In this class we will learn the safest ways to handle animals and perform procedures.
Safety of the patient and all personal involved should always be a primary concern when
working with animals. Although successfully completing an examination or a procedure is
the primary objective, this objective should never supersede human safety. It is important to
remember that an animal’s behavior can never be correctly predicted 100% of the time. The
best way to stay safe is to be constantly evaluating the situation, and be flexible enough to
change what you are doing if there is unacceptable risk to people or the patient.
A. Behavior: Knowing the typical behavior of each species is important in safe and
efficient handling. Please refer to attached pages for brief descriptions of typical
behaviors, and a handout on the “vices” of horses.
B. Approaching an animal in a clinical situation. The goal is to achieve the objective
(physical examination or procedure) efficiently, in the safest way possible, with the least
possible stress to the patient. Achieve this goal by following these steps.
1. Assess the situation (environment, animals’ temperament, and type of
procedure) and form a plan.
2. Pay attention to information that the owner gives you about the animal’s typical
behavior, but trust your own opinion of the animals’ temperament based on the
signs it gives you.
3. It is the primary job of the veterinarian, and secondarily the technician, to keep
the situation under control. Veterinarian and technician must have excellent
4. Have a back up plan (increased restraint, chemical sedation) and do not let your
pride get in the way of using it! Go to plan “B” before the situation escalates.
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Behavior of Large Animals
The information contained here is only a BRIEF introduction to a large subject. Please let me know if
you are interested in further references on this subject.
1.Usually are not blatantly aggressive with the exception of many stallions, and some broodmares with
foal at side.
2. Horses are herbivores, grazing animals, not predators. As such, their most common defense is flight.
An anxious horse about to run away will often: raise their head and stare at the perceived threat, flare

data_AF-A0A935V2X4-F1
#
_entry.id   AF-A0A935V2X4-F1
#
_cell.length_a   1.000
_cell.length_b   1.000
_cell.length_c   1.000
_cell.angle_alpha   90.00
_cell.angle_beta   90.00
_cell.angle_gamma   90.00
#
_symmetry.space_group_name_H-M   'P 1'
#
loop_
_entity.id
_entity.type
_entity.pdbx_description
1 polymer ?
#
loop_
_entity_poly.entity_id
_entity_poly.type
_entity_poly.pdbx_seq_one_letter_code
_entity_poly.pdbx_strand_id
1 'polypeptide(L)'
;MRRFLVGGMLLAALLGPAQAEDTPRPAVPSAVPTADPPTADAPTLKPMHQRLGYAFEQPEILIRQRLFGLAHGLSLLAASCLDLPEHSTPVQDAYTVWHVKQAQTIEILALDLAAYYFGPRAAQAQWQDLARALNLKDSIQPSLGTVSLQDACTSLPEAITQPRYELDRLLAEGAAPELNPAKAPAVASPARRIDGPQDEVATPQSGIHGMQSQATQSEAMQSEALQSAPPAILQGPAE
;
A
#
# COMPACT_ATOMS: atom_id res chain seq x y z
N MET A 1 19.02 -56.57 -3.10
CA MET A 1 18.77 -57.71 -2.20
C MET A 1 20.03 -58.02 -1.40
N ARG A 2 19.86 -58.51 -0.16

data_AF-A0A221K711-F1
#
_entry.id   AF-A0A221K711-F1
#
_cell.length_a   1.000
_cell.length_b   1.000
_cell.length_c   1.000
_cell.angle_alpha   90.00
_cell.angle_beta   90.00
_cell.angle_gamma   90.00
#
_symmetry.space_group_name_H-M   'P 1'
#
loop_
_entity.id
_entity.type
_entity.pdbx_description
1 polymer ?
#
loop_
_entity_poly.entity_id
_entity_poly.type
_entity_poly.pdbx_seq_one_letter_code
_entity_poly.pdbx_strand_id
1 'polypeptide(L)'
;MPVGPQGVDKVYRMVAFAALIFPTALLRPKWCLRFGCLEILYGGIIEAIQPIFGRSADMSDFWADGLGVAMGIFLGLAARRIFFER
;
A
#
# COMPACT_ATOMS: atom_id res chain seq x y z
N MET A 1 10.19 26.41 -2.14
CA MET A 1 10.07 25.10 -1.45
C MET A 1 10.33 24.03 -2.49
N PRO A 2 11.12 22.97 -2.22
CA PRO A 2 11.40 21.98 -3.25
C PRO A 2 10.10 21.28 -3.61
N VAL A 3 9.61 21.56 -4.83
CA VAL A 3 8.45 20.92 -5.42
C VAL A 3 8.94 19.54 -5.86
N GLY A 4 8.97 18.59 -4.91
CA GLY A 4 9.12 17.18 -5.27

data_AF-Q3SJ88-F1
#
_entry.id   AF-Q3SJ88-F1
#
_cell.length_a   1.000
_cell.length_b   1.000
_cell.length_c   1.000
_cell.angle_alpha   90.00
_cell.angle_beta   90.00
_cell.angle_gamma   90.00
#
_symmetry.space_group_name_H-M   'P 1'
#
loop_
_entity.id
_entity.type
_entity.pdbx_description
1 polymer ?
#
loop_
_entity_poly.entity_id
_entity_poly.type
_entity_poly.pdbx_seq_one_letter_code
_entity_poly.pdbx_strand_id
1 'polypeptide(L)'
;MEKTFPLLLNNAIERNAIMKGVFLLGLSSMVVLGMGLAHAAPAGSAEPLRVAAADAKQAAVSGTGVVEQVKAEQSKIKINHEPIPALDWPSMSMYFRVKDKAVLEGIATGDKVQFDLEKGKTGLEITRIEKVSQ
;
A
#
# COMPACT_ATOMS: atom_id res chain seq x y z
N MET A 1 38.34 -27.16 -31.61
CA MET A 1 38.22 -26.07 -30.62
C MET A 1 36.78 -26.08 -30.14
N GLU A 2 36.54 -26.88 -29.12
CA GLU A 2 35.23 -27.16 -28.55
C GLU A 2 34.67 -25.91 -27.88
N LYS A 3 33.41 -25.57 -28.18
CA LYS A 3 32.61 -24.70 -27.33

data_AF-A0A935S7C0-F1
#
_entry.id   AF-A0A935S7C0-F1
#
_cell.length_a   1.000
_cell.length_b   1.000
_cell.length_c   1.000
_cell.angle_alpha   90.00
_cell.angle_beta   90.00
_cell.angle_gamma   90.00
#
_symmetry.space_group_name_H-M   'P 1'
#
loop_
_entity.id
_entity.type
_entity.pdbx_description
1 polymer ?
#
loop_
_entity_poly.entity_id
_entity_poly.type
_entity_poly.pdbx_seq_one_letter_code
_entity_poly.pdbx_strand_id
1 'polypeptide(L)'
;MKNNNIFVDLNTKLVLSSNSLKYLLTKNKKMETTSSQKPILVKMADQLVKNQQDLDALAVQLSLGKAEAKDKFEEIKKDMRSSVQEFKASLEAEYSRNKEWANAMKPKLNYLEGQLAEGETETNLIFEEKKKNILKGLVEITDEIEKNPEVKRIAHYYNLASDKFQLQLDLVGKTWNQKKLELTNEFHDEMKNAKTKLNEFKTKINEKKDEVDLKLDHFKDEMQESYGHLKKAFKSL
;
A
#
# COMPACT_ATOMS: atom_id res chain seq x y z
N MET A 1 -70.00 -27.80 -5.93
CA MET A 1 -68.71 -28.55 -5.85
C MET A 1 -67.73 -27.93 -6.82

nostrils, and elevate the tail. They will sometimes whinny and blow loudly through their nostrils. As
herd animals, most horses are more comfortable when in close proximity to other horses and may
become anxious at forced separation.
3. As with many prey animals, horses are easily startled. Sudden movements (objects or people), loud
unexpected noises, and unexpected additions to a familiar environment can startle a horse and cause
them to flee or jump away (common horseperson terminology= spook or shy).
4. Temperament varies between individual horses and amongst breeds. Many horses will be nervous
and jumpy in unfamiliar situations, and much harder to control.
5. When horses do become aggressive their usual defense is to lunge forward and bite, kick with hind
legs, strike with front legs and squeal. Aggression is most often exhibited between horses but can be
aimed at people! Ears laid back is the most common and important aggressive posture.
6. Herds of horses will establish a pecking order of sorts, and they may be aggressive to a new animal
introduced to the group.
1.Bull is most aggressive, beef cattle are typically less predictable than dairy.
2.Bulls will paw the ground, hold head low, snort, charge, toss and kneel on victims.
3.Cows/Heifers: aggressiveness depends on socialization, breed and amount of handling.
4.Calves should be treated gently with a slow approach in a quiet deliberate fashion.
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1.Aggressive behavior consists of jaw snapping, barking grunts, pushing with their heads, and slashing
with their tusks (boars).
2.Piglets over two weeks of age will fight and begin to establish a pecking order.
3.Pigs may be aggressive to new pigs introduced to an established group.
4.Sows can be dangerous, especially with a litter. When piglets need treatment it is best to remove them
from earshot of the sow.
5.If kept calm pigs will move as a herd, but will run over each other in avoidance behavior if startled.
1.Rams: engage in inter male aggression.
2. Sheep will use a tightly packed herd to avoid an uncomfortable or frightening situation. Sheep dogs
make use of this to move sheep into an enclosure.
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Restraint and Handling of Horses